team interdependence and performance

Keith Sawyer 

Lots of people work in groups that are not really teams. If you work alone in a cubicle, and meet your fellow team members only in the Monday status meeting, you’re not in a real team. Organizational researchers reserve the term “team” for groups that have high interdependence–each task that you do, sometimes on an hourly basis, is dependent on what the other team members are doing at that same time. Some team tasks need high interdependence, while others don’t. In a recent post at, I gave a sports example: a basketball team is highly interdependent; a baseball team is low. In an interdependent team, you can’t get anything done without working closely with the other team members. Years of organizational research show that as your team becomes more interdependent, you need more and better communication, and higher cohesion. In my book GROUP GENIUS, I show that real teams need what I call group flow–a state of peak performance that comes from close work, shared commitment to the goals, and pride in the team.

I’ve just read a fascinating academic study* of interdependence in top management teams (TMT)–basically, this is the group of senior executives that has their offices in the executive suite at headquarters and that report directly to the CEO. Professors Murray Barrick, Bret Bradley, and Amy Colbert studied 94 credit unions, with TMT size ranging from 4 to 14 members. They interviewed 517 of the 601 TMT members at these credit unions. To assess TMT effectiveness, they measured the team’s own ratings of their effectiveness, and then they waited one year and measured each firm’s performance using data from the National Credit Union Administration.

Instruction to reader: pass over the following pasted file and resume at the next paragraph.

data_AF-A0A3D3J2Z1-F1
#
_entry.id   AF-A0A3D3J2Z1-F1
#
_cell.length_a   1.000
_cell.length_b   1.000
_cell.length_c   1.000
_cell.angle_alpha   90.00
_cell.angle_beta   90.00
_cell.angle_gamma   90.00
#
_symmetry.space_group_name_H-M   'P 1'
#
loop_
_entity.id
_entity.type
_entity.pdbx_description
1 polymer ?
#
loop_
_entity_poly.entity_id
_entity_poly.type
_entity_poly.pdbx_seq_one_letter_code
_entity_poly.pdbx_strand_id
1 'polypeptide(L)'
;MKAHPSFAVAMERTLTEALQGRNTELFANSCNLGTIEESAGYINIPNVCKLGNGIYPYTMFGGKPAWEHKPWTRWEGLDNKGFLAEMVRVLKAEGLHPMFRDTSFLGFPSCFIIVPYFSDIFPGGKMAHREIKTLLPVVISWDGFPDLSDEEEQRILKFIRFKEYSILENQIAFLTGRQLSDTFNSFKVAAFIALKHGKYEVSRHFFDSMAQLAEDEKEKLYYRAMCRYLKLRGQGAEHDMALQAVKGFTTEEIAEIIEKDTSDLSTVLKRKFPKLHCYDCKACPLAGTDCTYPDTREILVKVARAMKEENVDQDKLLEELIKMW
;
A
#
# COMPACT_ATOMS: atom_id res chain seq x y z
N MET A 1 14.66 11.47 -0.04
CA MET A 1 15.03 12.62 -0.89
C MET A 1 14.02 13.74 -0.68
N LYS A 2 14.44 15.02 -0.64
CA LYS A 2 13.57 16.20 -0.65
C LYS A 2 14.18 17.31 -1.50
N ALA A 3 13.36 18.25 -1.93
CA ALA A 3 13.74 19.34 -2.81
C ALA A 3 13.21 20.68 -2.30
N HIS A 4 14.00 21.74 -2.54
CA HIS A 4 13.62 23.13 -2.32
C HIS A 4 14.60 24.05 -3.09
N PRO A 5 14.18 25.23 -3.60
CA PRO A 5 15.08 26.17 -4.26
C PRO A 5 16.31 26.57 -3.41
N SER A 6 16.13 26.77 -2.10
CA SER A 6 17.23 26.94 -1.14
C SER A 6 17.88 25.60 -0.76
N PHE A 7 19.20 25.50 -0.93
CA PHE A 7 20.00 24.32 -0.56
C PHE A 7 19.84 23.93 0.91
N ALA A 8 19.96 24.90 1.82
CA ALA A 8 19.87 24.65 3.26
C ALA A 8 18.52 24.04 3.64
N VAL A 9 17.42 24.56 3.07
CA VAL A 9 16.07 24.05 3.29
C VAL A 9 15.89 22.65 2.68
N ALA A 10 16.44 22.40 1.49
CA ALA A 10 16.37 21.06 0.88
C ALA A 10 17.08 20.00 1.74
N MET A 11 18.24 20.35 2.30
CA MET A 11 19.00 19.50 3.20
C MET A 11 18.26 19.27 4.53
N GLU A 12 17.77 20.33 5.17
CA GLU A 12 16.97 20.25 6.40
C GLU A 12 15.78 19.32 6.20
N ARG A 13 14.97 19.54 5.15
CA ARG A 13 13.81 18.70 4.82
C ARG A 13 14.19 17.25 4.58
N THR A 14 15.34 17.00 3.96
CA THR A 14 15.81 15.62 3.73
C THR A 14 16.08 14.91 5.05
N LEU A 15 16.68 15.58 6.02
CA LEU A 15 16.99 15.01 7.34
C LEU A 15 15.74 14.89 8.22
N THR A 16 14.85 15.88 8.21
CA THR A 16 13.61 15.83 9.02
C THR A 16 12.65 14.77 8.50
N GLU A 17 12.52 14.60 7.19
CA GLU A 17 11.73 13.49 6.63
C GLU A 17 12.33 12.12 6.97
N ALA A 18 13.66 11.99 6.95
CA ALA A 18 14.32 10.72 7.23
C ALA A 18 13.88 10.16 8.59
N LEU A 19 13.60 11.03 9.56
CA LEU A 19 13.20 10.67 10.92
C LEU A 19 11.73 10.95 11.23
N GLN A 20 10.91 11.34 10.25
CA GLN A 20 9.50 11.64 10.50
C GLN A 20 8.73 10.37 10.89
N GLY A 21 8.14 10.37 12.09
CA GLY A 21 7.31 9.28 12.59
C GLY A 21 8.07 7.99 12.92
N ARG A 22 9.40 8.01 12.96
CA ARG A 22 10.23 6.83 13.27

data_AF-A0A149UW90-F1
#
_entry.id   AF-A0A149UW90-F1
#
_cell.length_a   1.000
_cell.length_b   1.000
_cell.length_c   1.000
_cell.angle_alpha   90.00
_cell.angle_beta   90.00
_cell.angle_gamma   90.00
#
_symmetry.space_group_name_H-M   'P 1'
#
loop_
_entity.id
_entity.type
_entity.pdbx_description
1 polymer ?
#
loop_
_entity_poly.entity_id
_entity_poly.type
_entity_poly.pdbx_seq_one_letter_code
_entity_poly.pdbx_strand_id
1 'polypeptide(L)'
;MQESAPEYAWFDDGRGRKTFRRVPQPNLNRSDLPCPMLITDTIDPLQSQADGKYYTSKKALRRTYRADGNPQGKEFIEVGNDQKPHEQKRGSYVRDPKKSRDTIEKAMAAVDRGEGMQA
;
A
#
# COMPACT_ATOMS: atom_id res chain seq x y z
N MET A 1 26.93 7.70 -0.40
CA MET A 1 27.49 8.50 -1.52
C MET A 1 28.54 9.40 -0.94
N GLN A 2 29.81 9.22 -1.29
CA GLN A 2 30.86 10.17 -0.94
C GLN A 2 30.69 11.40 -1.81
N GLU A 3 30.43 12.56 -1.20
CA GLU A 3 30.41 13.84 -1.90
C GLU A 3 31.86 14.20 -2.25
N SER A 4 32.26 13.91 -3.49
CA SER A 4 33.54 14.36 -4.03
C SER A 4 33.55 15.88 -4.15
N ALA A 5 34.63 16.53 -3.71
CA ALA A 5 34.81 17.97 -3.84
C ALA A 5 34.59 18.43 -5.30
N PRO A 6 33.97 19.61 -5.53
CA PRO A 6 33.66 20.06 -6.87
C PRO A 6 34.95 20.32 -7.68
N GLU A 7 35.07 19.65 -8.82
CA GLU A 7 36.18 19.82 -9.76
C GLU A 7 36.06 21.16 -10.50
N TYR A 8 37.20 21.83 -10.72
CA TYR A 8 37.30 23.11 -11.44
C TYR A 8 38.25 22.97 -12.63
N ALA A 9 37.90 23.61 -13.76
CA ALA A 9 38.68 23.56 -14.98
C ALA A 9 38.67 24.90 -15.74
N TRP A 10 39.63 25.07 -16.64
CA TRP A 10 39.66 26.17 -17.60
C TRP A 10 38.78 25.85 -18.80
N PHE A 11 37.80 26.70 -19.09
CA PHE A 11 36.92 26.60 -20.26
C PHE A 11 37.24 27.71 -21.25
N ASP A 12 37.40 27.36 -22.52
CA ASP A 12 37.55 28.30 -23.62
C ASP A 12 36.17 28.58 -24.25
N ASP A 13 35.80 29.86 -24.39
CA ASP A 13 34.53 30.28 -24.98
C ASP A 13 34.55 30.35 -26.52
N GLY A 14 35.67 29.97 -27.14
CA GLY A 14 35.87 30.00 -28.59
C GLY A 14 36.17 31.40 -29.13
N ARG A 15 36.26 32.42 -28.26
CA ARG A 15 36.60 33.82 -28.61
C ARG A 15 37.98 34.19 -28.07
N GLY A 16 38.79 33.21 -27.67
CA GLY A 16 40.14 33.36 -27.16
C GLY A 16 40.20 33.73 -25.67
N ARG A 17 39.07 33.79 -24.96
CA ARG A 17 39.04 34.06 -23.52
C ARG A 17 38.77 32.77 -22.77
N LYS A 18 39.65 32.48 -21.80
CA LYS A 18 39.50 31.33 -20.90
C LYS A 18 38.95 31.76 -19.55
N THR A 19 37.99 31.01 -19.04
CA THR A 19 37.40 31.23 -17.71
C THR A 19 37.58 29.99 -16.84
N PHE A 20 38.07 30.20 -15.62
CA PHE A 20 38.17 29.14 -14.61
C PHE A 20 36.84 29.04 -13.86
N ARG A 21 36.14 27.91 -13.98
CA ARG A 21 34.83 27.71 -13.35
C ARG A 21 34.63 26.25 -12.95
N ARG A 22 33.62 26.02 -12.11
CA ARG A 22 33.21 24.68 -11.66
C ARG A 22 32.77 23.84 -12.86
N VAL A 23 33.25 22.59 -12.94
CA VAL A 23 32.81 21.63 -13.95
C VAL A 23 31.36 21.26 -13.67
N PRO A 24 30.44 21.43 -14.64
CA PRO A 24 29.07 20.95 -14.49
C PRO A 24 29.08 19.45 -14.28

Using some fairly sophisticated statistics, they demonstrated that when teams are more interdependent, coherence and communication more strongly predict the team’s performance and the firm’s performance over the following year. But what’s interesting is that there were two different kinds of teams. For teams that were highly interdependent, high coherence and good communication predicted both team performance and firm performance. But for teams that were not interdependent, low coherence and less communication was related to better performance. The top performing teams and firms were those with interdependent teams and high cohesion and communication; but the non-interdependent teams with low cohesion and communication only performed slightly worse.

The key message is that you need a match: between the degree of interdependence on the one hand, and coherence and communication on the other. The least successful teams were those for which these two features were mismatched.

I would add one tip from my own studies of innovation: significant innovations always emerge from interdependent teams, and rarely come from teams low in interdependence. That’s why innovations tend to come from teams that are high in group flow, high in cohesion and with constant communication. Credit unions aren’t generally associated with high innovation; I’d like to see this study repeated, but in an industry that is associated with constant innovation.

*Barrick, M. R., Bradley, B. H., Colbert, A. E. (2007). The moderating role of top management team interdependence: Implications for real teams and working groups. Academy of Management Journal, 50(3), 544-557.